In the end, I scrapped this because it still looked kinda bad and I had to limit the look angles so you can’t look all the way down like you can in most other fps games.

Also I read some polls, and people generally said they don’t even like seeing your legs when you look down all that much. The walking animations usually look weird anyway. It looks OK when it’s in third person, but somehow it always tends to look wrong in first person since the legs don’t move quite right. It just takes a ton of effort to do right or don’t do it at all and go with the classic feel which is known to feel great and solid.

One nice thing I learned from this though is all the cool perspective tricks you can do with first person geometry. In UE4, there aren’t separate depth groups for first person view arms anymore, so you can see your gun and hands clipping into walls in all of the samples nowadays. I simply scale my character’s first person arms down to like .25 scale or so. All that matters is the arms generally fit within the collision capsule. In First person view, they still look right, and they don’t clip into the walls. I haven’t had any horrible issues with this yet. It’s not guaranteed to work 100% though because if my character suddenly takes out a huge long sniper rifle, it’ll probably still penetrate a little since I scaled down for the average case. If I change scale depending on weapon, it’ll noticeably change the arm size so you just have to keep it constant.

Hopefully Epic will address the “true first person” with their official VR template. I need to double check, however, I believe Mitch’s template has the true first person perspective.

edit: as far as animations go, I think the problem with most animations is that the animators / design of the game tends to be “bigger than life”… such as the Sword/shield animation. I would love to see someone try to fight like that in a Kendo match… insta win for me.

edit: this can be solved by using motion captured animations.

Even with mocap animations it’s still hard to do right when it comes to seeing your legs. The feet have to be positioned correctly with IK. This is doable and looks fine in third person perspective, but you start running into issues with first person. If my character is standing on a tiny rock that has no collision, and is only there for decoration, the foot is going to clip through it a little. It becomes a lot more noticeable in first person when you look down. And that’s just one example. There are many examples of decoration only geometry that may be on the ground that your foot might clip through.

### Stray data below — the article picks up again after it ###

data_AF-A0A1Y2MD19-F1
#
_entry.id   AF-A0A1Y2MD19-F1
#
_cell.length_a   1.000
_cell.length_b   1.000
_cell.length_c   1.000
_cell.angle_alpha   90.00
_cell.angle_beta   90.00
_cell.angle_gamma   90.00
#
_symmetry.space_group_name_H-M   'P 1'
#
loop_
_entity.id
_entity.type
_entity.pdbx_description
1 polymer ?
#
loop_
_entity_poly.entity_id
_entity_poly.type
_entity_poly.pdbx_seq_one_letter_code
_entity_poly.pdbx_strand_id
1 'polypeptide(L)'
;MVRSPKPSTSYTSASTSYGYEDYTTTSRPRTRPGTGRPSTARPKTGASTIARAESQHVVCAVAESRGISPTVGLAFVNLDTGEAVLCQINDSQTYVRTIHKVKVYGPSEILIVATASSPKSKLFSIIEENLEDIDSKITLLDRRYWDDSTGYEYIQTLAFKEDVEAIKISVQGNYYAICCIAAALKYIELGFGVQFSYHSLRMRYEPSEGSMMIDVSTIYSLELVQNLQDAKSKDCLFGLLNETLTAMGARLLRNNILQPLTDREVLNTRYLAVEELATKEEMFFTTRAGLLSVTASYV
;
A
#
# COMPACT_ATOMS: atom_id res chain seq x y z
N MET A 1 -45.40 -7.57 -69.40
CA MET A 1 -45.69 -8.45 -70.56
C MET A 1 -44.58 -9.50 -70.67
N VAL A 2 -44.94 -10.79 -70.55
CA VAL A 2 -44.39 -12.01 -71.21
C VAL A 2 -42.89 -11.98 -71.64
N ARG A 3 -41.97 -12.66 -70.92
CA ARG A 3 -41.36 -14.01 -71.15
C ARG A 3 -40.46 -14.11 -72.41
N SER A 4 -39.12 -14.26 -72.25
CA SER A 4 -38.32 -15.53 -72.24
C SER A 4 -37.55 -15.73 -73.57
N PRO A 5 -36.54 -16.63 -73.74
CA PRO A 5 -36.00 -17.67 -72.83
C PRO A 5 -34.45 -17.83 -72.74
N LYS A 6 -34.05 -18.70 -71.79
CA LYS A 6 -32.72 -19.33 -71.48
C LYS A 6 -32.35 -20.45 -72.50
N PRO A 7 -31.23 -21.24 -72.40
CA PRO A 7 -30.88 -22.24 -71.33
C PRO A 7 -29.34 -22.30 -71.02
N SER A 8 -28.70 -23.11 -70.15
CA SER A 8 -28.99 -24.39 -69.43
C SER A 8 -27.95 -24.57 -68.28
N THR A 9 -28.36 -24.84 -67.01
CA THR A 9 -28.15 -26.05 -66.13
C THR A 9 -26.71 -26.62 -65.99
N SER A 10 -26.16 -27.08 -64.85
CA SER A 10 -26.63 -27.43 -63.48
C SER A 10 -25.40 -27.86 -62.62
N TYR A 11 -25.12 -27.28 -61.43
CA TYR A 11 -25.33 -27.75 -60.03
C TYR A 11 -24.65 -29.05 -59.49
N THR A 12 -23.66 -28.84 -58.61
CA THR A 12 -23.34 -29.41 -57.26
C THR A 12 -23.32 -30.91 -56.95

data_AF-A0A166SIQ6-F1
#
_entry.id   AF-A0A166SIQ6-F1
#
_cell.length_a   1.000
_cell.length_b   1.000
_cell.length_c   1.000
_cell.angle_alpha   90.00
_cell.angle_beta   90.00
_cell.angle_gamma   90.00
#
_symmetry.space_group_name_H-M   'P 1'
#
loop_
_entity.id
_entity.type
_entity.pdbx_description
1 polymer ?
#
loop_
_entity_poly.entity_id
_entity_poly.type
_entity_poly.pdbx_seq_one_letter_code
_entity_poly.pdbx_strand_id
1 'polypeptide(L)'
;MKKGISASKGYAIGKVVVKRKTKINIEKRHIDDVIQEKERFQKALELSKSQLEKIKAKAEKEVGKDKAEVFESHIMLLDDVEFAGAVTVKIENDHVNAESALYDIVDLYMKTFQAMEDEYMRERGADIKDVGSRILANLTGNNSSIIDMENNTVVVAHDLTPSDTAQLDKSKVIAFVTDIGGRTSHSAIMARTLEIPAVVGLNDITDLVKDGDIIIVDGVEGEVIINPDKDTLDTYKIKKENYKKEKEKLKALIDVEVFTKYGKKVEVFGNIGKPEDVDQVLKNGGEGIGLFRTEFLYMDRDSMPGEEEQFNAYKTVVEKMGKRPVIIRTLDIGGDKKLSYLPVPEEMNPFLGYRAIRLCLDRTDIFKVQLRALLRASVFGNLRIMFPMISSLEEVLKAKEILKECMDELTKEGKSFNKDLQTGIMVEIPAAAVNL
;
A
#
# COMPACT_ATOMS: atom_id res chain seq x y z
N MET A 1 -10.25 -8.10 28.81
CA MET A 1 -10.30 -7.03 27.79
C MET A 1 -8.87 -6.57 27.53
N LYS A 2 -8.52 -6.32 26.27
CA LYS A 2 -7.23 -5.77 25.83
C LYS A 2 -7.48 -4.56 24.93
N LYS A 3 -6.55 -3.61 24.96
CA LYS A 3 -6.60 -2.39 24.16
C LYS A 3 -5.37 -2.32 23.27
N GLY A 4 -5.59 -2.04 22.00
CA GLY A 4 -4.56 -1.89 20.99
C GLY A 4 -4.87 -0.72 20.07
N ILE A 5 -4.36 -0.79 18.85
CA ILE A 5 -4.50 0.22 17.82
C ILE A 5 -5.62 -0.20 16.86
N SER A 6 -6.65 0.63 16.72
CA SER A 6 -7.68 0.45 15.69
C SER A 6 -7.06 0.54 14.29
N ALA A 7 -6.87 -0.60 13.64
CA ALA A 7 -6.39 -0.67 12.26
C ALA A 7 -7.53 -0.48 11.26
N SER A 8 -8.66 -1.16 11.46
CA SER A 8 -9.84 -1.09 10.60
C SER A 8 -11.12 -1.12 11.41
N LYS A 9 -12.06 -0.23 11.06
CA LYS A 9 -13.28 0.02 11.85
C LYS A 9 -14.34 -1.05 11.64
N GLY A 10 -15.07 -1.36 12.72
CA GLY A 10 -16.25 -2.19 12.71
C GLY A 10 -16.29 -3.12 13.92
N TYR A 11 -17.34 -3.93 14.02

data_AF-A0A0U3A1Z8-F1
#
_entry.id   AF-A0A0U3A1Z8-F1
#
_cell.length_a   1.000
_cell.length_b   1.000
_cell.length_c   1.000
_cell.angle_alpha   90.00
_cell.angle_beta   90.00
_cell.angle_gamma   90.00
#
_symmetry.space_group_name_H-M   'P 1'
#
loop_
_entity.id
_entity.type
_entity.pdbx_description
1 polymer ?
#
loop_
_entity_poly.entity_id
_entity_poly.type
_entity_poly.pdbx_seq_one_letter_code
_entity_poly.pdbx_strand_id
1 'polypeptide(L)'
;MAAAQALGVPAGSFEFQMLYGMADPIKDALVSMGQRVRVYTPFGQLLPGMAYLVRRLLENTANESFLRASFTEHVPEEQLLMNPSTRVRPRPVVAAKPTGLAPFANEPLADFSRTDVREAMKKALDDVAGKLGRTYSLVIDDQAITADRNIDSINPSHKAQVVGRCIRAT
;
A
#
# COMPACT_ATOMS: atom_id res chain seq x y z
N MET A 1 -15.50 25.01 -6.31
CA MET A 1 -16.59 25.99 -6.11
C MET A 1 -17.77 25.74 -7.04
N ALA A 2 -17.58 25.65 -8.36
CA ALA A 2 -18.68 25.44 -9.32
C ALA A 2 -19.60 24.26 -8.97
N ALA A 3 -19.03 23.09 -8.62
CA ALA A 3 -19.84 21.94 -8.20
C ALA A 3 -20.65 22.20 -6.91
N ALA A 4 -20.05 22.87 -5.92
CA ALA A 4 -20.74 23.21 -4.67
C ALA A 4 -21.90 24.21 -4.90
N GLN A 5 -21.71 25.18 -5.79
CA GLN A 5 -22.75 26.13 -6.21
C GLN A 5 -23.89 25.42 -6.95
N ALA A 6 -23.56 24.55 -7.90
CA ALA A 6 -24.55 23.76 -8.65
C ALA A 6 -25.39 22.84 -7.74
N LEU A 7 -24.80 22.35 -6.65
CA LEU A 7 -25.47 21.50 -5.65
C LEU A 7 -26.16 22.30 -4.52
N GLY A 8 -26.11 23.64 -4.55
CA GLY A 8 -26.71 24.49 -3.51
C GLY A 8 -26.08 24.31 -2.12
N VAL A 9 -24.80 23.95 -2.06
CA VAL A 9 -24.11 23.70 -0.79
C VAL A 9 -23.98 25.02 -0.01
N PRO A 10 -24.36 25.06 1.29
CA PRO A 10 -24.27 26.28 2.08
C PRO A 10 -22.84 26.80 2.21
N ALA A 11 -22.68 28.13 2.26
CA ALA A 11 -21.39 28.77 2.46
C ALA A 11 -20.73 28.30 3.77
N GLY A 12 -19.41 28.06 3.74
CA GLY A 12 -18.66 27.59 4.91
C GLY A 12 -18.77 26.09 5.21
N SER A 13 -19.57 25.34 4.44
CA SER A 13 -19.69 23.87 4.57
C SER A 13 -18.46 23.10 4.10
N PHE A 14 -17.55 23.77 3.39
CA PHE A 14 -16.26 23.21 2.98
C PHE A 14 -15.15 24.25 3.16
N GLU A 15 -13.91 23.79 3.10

So maybe you start adding physics geometry to these objects, and the collision only works with feet and not projectiles and other regular physics. But even then, you usually use approximate geometry and the foot might not align completely with the 3D mesh. So then you use per triangle collision instead for feet. Now you might start running into issues with the foot coming in at odd angles on some really complicated meshes. Or maybe it’ll start fighting and jumping from position to position, which can possibly be solved with a little dampening, but then you still have noticeable over penetration.

Another issue is the walking animation itself. The transition from standing to animating walking can sometimes be pretty harsh. It looks weird even from third person if you pay attention close enough. It looks especially weird in first person. One thing you might see if you’re quickly tapping the movement key is you move a little, but your legs are doing a weird smooth transition from between standing and walking. As you keep tapping, your legs never quite finish transitioning to the walking animation so you start looking like you’re hovering a bit instead of walking. And you do that a lot when trying to, for example, navigate a narrow log or something. If you look down and see your legs while doing this, you’ll see this annoying animation artifact. Maybe there’s a way to fix that, and I’d be interested in knowing how. I just know, if I go with the built in unreal animation system, or even play unreal tournament itself, I’ll see this effect. One solution I can think of is having a very short transition time between the animations.

Anyway, it’s doable, but not trivial.